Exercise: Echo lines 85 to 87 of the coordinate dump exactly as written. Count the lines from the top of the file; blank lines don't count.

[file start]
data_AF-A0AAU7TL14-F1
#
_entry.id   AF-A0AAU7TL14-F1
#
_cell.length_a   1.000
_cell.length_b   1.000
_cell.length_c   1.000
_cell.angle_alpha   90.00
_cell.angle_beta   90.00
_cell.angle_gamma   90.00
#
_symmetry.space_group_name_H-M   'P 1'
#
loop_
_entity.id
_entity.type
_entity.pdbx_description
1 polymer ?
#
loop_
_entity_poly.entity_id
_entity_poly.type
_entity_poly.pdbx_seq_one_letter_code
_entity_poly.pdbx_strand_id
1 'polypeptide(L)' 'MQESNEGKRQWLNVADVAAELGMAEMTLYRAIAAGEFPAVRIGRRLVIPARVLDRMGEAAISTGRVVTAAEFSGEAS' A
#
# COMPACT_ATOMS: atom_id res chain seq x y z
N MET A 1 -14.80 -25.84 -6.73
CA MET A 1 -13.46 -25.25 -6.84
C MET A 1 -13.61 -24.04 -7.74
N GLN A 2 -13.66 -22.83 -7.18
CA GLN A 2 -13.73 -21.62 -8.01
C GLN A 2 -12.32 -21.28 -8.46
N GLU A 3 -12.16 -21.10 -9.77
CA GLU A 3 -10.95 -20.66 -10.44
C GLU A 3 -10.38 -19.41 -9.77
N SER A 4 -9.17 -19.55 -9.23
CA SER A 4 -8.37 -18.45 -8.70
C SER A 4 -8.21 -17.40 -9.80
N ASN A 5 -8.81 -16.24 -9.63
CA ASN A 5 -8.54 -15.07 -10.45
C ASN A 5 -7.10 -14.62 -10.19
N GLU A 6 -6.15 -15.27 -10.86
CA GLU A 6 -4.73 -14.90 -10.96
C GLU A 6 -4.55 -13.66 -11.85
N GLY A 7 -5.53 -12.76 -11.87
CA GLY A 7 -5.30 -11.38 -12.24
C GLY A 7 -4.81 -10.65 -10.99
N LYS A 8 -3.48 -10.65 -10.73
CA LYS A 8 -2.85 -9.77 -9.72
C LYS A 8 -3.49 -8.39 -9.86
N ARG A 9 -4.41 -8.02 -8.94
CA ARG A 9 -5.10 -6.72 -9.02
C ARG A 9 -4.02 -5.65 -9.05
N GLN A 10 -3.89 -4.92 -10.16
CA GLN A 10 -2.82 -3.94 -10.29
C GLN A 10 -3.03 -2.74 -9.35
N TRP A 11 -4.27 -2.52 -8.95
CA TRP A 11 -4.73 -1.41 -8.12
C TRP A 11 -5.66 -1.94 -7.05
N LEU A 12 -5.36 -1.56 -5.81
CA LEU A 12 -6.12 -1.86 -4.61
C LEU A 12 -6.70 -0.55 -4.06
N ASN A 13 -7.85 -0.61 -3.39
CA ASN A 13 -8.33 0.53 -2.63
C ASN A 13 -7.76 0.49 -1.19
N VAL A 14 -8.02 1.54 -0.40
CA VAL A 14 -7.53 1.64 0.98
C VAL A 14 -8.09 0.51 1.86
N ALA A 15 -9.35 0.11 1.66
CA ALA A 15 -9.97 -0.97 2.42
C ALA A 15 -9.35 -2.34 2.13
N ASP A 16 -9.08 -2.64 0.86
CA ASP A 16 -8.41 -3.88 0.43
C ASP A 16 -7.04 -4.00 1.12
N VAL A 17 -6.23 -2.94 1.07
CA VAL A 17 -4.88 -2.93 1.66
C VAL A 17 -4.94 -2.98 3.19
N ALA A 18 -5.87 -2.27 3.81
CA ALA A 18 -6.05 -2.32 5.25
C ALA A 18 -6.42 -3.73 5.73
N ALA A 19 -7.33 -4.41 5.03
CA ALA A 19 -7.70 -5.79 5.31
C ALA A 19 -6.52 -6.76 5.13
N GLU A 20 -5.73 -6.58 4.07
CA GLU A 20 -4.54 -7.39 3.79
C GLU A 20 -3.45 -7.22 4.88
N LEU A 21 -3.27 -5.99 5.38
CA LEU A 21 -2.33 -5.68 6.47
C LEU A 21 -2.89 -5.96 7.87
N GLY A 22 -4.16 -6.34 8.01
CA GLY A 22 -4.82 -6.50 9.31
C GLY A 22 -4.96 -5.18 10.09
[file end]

N GLU A 20 -5.73 -6.58 4.07
CA GLU A 20 -4.54 -7.39 3.79
C GLU A 20 -3.45 -7.22 4.88